Griffbefestigung an Rasierapparaten – handle attachment to shaving apparatus

It is easy to forget, as one is looking at old patents online, that not every inventor spoke English. I’ve looked at several interesting non-english patents in the past, and stumbled over an interesting looking one today too. It is for how to do attach a handle to your shaving apparatus. Or to put it in a different way; a handle attachment to your razor.

Patented by Paul Druseidt, the invention gives a razor that both pack flat and is easy to assemble. It consists of a normal-ish razor head and a U-shaped handle made from spring steel. The handle is ever so slightly smaller than the head of the razor and can nestle inside it.

Patent drawing showing Paul Druseidt's invention of how to attach the handle to a safety razor.
Patent drawing from German patent 323,451

The key is the shape of the recesses or hole on the underside of the razor. The keyhole, if you will. As can be seen from the drawing, it was longer one way than the other, and had arches or troughs on either side.

The U-shaped handle was, as mentioned, springy. You would insert it along the long axis of the hole, then twist it 90°. The arches on either side would stop it from slipping back, and the tension of the spring steel would hold it in place. After shaving the handle could be twisted back, removed, and placed against the inside of the razor head

Or, to quote the patent;

…der U-förmig gebogene Handgriff 6 zwecks Befestigung an der Kammplatte 2 mit seinen federnden Enden 5 in zwei unter der Kammplatte vorgesehene muldenförmige Aussparungen 4 eingeführt und sodann um 90° gedreht wird, wobei die federnden Enden in zwei weitere, enger aneinander liegende, muldenförmige Aussparungen 3 eintreten und in diesen festgehalten werden, während er nach Gebrauch aus den muldenförmigen Aussparungen herausgezogen und von unten gegen die Kammplatte gelegt wird.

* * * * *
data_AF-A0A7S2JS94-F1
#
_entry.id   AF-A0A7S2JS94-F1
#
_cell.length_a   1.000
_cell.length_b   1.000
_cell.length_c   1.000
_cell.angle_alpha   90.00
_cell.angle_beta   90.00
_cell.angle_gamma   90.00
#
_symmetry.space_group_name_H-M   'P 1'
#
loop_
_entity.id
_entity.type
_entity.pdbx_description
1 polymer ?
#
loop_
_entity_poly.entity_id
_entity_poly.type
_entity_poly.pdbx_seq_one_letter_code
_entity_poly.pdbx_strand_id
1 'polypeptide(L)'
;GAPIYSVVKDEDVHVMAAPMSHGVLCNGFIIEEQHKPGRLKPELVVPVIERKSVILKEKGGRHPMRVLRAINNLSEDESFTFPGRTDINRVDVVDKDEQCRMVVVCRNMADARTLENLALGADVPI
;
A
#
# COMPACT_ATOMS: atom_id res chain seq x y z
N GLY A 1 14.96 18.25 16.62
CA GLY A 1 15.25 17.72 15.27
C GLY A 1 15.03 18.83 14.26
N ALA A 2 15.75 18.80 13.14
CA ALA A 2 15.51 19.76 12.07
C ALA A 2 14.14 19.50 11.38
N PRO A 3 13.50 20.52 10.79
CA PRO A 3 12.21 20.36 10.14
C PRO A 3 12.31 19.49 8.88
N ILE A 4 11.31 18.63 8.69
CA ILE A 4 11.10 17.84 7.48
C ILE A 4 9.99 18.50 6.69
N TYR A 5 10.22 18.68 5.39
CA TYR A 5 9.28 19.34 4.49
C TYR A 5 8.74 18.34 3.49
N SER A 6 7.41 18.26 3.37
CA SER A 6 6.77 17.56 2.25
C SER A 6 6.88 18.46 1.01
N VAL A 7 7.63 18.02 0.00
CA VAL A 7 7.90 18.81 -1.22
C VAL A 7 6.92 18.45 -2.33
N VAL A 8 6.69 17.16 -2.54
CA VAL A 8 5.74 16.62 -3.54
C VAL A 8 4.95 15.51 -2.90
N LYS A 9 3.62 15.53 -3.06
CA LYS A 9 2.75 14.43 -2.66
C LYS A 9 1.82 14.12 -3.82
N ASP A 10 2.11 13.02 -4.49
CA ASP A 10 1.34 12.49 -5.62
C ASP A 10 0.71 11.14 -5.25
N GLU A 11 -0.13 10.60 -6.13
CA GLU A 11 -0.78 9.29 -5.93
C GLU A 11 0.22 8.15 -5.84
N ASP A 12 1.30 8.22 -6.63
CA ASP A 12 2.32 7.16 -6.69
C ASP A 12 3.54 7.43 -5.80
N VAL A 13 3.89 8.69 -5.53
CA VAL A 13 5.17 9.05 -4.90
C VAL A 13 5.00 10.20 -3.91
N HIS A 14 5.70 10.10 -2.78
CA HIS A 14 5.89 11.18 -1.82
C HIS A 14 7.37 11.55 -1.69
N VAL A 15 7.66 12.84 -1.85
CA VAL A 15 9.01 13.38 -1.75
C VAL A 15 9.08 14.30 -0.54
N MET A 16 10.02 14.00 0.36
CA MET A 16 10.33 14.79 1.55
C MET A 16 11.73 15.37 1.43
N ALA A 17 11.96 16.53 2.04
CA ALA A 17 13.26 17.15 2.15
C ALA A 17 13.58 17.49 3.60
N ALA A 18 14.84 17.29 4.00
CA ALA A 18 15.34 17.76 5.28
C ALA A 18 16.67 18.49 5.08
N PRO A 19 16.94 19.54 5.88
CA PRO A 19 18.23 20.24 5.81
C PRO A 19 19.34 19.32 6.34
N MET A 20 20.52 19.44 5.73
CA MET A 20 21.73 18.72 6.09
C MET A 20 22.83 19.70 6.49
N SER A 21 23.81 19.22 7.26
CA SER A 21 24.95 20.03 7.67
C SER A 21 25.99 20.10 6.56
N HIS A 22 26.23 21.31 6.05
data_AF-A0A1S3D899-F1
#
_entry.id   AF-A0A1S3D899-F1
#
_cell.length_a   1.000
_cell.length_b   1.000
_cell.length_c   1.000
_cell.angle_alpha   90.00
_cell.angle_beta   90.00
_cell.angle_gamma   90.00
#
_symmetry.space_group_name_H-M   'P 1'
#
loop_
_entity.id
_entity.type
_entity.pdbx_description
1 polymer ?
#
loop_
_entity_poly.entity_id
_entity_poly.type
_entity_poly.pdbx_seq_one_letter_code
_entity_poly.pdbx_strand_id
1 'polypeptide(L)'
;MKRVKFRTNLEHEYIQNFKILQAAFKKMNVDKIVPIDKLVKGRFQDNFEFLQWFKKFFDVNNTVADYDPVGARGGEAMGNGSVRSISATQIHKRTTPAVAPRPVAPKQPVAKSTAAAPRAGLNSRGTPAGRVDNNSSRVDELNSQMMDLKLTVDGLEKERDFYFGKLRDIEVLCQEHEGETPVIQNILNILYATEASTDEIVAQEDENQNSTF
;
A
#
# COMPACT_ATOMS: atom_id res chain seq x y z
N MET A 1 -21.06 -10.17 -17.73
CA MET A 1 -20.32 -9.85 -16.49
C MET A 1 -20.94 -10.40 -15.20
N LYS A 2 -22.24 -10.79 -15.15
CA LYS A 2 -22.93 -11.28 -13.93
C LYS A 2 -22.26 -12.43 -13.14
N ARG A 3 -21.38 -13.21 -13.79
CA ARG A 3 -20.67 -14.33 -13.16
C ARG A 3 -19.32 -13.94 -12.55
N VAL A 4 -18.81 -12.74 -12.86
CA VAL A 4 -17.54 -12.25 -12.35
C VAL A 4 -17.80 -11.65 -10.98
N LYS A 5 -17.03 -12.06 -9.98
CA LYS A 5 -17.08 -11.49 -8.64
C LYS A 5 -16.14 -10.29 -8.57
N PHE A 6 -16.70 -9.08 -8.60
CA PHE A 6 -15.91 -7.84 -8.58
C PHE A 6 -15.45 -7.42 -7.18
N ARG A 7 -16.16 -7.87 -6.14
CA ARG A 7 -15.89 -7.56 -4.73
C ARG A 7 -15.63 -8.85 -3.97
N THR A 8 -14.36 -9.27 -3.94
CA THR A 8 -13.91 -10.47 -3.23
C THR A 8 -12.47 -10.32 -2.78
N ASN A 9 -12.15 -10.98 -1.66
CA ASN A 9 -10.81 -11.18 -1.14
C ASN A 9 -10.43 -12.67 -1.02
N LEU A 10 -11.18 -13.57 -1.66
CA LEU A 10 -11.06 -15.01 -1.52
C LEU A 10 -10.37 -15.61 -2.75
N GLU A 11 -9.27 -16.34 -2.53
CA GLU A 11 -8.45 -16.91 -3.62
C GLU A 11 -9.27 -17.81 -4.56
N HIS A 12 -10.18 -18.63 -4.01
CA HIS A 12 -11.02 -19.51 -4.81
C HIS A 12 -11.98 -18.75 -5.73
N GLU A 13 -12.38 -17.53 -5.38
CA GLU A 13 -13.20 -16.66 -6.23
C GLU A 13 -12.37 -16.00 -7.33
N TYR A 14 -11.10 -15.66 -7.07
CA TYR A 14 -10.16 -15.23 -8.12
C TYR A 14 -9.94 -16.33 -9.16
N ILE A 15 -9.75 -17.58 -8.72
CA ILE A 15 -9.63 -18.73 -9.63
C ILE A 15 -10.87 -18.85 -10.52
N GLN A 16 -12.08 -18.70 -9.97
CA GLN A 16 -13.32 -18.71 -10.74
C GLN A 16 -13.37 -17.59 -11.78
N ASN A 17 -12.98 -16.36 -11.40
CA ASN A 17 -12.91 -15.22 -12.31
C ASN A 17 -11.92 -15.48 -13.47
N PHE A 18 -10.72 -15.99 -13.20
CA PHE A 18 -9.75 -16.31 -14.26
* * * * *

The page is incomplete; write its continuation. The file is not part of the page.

From Deutsches Reich Reichpatentamt Patentschrift Nr 323,451

For those whose German is a bit rusty, the translated version runs as follows:

…the U-shaped curved handle 6 for attachment to the comb plate 2 with its resilient Ends 5 inserted into two trough-shaped recesses 4 provided under the comb plate and then rotated by 90 °, the resilient ends in two more, narrower Adjacent, trough-shaped recesses 3 enter and held in these while he is pulled out of the trough-shaped recesses after use and is placed against the comb plate from below.

Autotranslated patent text from German patent 323,451

All clear and fairly straight forward.

I though initially that a top cap could have been fastened by the pair of hook shaped projections on the bottom plate. I also though that these projections also would have acted as blade guides for a normal Gillette three hole blade.

Further research showed me that maybe was no top cap, and the hooks just held on to a proprietary blade. The first hint came in Waits’ Razor Compendium. Waits’ Compendium do mention a Druseidt razor – along with the similar Impero and Ratio razor. And in the description of the later, Waits states that “the special thick double-edged blade has two square holes and two centre oval dimples”.

Waits’ Compendium also mentions that “later versions has two pieces”, by which he seems to mean that at least the late production Ratio was made with a top cap. This in turn matches with pictures I found in a thread over on Shaving Universe, which clearly shows a top cap.

A top cap, I might add, that looks very much like Waits’ description of a “special thick double edged blade”…

Was Waits just confusing a poor quality picture of a top cap for a proprietary blade? Quite possible. It could simply be that a lot of the Druseidt, Impero, and Ratio razors that have survived have lost their top caps over the years.

Interestingly all three of the razors mentioned also have u-shaped handles. But none of the three has the handle attachment method described in the patent. Instead they uses a swinging out handle, which still relies on spring pressure to lock in place.

Overall the Druseidt patent looks like it would make an interesting razor, possible more interesting than the Druseidt razors that were actually manufactured.

You can read the full text of Druseidt’s patent at Espacenet, or a translated version at Google Patents.

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